Back to Black Loyalist Home Page Black Loyalists: Our Story, Our People Canada's Digital Collections

Home: People: Secular: Thomas Brownspriggs

Our Story
Loyalists Now

Thomas Brownspriggs was the leader of the blacks who settled at Tracadie. He had long been the black leader for all of Guysborough County. He was a well-educated Black Loyalist who was well respected by both the black and white residents of Guysborough County.

Because of his reputation as a respectable man, he was appointed as the agent to create a settlement in what would become known as Little Tracadie. He was appointed to this position by Governor Parr with the intention that most of the blacks in the area would settle there. When Brownspriggs made a petition for property in September 1787, he represented seventy-four families. The petition for land was certified the same day it was presented.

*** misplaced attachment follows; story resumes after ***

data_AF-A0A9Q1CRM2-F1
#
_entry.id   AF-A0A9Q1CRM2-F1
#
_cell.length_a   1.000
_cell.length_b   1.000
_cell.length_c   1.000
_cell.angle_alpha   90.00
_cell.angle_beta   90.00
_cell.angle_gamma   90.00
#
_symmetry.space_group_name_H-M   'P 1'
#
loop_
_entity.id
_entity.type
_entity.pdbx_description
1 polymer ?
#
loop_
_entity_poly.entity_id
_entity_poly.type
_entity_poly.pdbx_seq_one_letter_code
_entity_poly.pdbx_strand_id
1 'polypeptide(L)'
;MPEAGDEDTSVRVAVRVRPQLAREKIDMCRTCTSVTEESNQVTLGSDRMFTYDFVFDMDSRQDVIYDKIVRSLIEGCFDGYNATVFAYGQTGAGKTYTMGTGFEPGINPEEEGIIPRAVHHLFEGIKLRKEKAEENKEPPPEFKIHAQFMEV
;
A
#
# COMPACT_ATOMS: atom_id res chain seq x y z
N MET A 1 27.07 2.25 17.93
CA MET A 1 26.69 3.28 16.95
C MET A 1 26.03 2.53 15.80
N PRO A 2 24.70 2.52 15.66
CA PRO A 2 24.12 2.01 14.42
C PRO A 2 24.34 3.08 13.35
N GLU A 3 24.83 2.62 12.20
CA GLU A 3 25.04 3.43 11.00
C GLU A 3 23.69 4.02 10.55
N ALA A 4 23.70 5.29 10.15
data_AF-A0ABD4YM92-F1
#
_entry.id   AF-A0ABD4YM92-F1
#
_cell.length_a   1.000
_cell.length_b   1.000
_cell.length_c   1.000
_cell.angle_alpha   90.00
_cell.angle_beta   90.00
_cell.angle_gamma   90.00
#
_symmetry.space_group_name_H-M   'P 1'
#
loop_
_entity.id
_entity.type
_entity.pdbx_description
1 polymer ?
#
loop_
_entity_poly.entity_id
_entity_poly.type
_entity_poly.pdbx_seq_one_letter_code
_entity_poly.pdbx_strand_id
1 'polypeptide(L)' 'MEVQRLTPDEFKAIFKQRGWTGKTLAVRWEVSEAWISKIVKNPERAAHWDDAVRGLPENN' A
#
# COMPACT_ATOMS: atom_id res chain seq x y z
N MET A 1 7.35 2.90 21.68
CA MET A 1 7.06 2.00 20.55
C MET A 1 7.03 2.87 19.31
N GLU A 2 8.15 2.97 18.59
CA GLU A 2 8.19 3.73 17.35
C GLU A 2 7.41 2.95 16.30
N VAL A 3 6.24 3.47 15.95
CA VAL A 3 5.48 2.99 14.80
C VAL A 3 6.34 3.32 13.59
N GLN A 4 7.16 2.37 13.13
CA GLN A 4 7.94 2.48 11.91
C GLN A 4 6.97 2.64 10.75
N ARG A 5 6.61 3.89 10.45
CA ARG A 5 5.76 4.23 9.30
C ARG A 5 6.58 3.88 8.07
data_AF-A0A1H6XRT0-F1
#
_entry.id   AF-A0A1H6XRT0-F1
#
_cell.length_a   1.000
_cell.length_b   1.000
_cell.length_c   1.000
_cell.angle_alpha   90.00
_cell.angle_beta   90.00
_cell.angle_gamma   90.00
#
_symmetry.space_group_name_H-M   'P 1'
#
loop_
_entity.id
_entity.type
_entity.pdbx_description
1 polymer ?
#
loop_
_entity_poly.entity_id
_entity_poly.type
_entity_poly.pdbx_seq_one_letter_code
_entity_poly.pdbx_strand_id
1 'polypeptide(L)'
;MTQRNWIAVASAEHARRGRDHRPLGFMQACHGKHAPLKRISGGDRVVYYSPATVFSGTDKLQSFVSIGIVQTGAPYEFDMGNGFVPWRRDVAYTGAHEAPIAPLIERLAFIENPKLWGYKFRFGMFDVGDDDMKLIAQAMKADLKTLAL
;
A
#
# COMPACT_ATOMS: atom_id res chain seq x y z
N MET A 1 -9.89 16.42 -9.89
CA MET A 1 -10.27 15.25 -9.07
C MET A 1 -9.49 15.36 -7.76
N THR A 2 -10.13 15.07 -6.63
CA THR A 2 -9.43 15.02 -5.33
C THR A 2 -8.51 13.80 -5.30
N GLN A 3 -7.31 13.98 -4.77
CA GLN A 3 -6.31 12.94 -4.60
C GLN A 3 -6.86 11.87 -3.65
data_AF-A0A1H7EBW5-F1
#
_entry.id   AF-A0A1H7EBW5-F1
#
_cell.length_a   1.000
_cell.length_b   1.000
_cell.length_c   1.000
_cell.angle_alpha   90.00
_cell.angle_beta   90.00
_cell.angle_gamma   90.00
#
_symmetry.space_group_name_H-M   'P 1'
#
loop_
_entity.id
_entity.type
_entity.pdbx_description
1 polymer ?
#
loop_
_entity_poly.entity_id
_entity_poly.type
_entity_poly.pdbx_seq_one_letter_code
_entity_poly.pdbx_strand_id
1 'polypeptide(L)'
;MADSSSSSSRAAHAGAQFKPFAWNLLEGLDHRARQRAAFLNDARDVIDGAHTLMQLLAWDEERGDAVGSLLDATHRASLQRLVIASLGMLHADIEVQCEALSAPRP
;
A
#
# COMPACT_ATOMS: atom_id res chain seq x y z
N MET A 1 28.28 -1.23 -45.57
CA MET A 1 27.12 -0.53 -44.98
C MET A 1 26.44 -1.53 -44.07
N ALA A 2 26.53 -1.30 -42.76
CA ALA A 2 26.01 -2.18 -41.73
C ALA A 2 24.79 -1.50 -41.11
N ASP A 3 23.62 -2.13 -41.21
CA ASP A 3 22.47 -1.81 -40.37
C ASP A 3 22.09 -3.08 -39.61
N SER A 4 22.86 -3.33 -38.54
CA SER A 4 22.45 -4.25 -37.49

Bishop Inglis, leader of the Anglican church in Nova Scotia, was concerned about the lack of Christian knowledge among the blacks. He sent more than a hundred testaments, prayer books and tracts to instruct the blacks in religion. In a letter to the Bishop of London, Inglis told him that Brownspriggs was the only man he could find for the job and that he was tolerably qualified for the job and of excellent character.

Strangely enough, Brownspriggs decided to give up his teaching and church career in 1792. Fortunately for the community, he was quickly replaced by Dempsey Jordan.

Survey of Brownspriggs grant showing an overview of the land originally granted tto the Black Loyaists in Tracadie.
Original Survey of the Brownspriggs Grant in Upper Tracadie - South is to the bottom of the picture.

Story: Arrival

Other Communities

Story: Faith

The Anglicans

Story: Exodus

Mission to America